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Kelly Mc
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Re: Snake nest boxes, what media do you use?

Post by Kelly Mc » March 27th, 2015, 11:38 pm

Vic I feel the same about the way to treat a Lady. I also like to leave them in even in non breeding individuals, as a humidity station, nice for shedding or just to provide some respite from the uniformity of the general sub.

Vic I like ground peat, sometimes a cloud of less moist sphagnum on top as cover. In my egg boxes when I know the babies are coming, depending on taxa I put something in the egg boxes for them to hide under or purchase on. Even little pieces of torn paper bag potato chip size for geckos, or a mass of twigs or silk plants for arboreal specialists like chameleons get out of the verm. Shards of light cork for lizards.

Moss is great stuff. Its a staple and herps of all kinds seem to gravitate towards its earth familiar scent and security providing characteristics.

I call it The Environmental Valium. Lol

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Re: Snake nest boxes, what media do you use?

Post by Kelly Mc » March 28th, 2015, 12:35 am

Vic i have never bred indigos, and probably never will have the opportunity, but I will remember the info concerning sandy soil over sphagnum; thanks Vic (:

Edited, reason : phone keyboard

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Re: Snake nest boxes, what media do you use?

Post by pete » March 28th, 2015, 10:01 am

I always used sphagnum that I collected. The snakes seemed to like burrowing in the nest box. I always found the eggs under the moss or in the center. I never gave choices for a nesting site, but never had problems with egg retention. I liked sphagnum because it doesn't mold and is naturally sterile.
The only species I worked with were lampropeltis ,opheodrys and pantherophis.

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Re: Snake nest boxes, what media do you use?

Post by VICtort » March 28th, 2015, 6:20 pm

Kelly, Pete, others interested,

Kelly, placing something in the egg box can indeed be good idea. FR, the highly experienced and innovative breeder did some experimenting with that, and you both, separately made me think of it. He would sometimes put a pane of glass on the media of a deeply filled lay box, and he reported King snakes in particular, would burrow down, create a rounded void, lay their eggs rapidly and they could be seen coiled and seemingly content under the pane of glass. They seemed to use the glass as part of the nesting behavior, to use his terms, the glass was a "tool" for them to use. If FR should read this, please do set me straight if I misquoted or I am inaccurate. I often think of his ideas and realize I learned a lot of husbandry tricks from him.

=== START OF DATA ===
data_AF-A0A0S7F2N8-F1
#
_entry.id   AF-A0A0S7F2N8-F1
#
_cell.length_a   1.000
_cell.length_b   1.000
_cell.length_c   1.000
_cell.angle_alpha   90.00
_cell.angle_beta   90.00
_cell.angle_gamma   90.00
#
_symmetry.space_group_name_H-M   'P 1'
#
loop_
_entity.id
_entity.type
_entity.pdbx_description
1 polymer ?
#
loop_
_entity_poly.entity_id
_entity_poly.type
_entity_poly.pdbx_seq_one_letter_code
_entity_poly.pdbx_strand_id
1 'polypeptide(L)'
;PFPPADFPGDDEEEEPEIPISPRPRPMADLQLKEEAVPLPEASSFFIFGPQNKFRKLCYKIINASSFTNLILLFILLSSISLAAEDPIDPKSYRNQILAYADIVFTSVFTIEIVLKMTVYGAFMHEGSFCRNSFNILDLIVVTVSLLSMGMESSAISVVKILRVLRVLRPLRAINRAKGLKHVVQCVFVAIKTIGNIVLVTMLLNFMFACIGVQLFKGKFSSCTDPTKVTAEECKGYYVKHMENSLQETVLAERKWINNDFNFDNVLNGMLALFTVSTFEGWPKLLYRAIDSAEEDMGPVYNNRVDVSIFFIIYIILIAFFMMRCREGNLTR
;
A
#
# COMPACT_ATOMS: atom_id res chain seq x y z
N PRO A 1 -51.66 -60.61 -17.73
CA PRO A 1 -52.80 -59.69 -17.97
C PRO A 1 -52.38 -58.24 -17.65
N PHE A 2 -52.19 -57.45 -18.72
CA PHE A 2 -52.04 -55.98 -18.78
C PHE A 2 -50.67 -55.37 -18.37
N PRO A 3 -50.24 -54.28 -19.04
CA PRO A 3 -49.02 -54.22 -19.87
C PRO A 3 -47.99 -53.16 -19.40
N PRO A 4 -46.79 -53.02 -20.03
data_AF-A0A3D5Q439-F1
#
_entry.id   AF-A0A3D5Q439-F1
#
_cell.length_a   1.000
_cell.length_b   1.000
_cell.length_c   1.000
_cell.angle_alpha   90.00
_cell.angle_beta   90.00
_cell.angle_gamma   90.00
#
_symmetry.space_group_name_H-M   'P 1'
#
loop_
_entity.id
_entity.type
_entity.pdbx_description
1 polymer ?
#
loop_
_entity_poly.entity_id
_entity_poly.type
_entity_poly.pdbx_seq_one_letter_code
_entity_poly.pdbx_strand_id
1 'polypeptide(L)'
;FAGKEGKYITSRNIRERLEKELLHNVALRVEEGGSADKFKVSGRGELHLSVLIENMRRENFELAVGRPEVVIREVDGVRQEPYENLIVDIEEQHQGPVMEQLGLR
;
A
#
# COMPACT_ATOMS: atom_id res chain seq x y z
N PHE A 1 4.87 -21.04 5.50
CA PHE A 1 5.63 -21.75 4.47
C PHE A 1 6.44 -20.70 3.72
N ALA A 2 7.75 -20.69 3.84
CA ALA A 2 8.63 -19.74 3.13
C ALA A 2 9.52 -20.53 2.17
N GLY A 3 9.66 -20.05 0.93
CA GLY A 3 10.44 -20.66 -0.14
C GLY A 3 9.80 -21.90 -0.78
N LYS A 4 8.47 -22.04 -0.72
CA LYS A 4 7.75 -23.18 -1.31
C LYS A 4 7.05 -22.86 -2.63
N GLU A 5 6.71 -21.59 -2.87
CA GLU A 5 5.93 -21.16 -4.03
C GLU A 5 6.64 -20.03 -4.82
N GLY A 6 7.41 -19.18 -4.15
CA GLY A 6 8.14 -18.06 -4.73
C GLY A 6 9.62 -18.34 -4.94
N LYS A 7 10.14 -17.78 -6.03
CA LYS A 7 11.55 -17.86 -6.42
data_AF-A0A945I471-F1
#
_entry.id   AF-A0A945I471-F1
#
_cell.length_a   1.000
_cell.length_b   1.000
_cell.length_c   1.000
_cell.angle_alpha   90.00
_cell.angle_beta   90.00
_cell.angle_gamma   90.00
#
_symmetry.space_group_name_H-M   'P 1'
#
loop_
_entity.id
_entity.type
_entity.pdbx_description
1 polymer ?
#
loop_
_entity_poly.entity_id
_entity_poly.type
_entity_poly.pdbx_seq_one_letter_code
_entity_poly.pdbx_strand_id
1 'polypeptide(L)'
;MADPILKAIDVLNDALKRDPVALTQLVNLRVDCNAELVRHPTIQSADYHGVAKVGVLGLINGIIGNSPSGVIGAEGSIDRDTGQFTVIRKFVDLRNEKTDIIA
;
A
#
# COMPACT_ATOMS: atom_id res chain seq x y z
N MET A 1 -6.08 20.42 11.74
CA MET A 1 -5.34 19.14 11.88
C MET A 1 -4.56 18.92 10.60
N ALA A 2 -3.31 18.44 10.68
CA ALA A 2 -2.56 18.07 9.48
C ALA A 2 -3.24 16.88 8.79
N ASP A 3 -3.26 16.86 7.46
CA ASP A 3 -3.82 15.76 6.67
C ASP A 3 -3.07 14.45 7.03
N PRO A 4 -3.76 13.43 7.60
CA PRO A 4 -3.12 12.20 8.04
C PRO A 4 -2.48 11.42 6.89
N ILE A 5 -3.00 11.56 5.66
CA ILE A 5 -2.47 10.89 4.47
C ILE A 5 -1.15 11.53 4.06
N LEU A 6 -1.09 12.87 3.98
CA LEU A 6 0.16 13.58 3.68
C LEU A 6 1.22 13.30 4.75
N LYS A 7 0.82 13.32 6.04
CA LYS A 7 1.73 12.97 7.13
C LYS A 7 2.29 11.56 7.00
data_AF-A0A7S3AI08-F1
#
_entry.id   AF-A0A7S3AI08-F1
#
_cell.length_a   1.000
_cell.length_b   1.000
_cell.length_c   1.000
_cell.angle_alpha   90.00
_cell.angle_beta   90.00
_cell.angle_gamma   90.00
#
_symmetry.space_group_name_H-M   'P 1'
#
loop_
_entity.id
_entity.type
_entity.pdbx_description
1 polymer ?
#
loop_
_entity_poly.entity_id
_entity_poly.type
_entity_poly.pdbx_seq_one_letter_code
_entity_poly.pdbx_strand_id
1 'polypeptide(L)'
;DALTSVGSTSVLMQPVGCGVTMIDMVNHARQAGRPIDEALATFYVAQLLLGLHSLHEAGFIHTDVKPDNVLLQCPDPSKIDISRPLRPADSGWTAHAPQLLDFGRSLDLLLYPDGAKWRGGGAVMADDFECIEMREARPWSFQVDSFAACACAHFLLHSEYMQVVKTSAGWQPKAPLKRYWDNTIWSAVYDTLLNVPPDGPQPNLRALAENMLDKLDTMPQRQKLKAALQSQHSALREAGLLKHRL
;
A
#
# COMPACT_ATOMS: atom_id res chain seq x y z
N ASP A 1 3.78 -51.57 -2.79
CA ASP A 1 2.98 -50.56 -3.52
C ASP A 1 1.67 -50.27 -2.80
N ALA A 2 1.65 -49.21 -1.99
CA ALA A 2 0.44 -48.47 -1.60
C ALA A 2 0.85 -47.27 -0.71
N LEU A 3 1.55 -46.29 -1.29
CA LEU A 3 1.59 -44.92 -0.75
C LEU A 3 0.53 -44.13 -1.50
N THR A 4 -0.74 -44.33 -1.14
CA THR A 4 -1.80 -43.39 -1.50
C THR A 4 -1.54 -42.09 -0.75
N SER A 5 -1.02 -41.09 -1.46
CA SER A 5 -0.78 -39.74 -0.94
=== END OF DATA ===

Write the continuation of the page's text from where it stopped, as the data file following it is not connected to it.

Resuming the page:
Like many others, I have used spahgnum moss to good affect, but the indigos seemingly prefer mineral soil in my limited experience. Sphagnum moss does have some great qualities and I sometimes make a "blanket" of it over the mineral soil media, especially if I am expecting eggs and I know it may be several hours until I tend to them.

Anyone know a good source for it? I sometimes see it in specialty shops, the cost is very high. I bought some, said to be from New Zealand, and the "fronds' or green material seemed to readily fall away from the "stem". I wonder if the good old school Canadian moss is harder to find now? Kelly, when you say "ground" moss, do you refer to that stuff sold in garden supplies, is tightly compacted in plastic bags, and is brown, not green. Like gardeners use to break up clay soil and add acidity and organic matter?

Vic

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Kelly Mc
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Re: Snake nest boxes, what media do you use?

Post by Kelly Mc » March 29th, 2015, 7:48 am

Hi Vic, the pane of glass is a cool illustration of creating a window into snake behavior. That's really interesting.

The peat is Canadian Ground Peat and it comes in a bale. The green moss most often referred to as sphagnum used to come in a bale too, that was wired together and separated in nice sizable flakes, like the way hay does. I haven't been able to get that anymore. Just smaller cubes of it from various sources.

Pete made a comment about collecting his own sphagnum. I think Simus also collects a lot of his own media. They are so lucky I would love to do that. I have daydreamed of doing that.

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Re: Snake nest boxes, what media do you use?

Post by simus343 » March 29th, 2015, 12:38 pm

I collect my sand and soil for standard substrate. I can't collect sphagnum in Florida. According to a FWC page I read a few years ago, harvest of Sphagnum in Florida is illegal.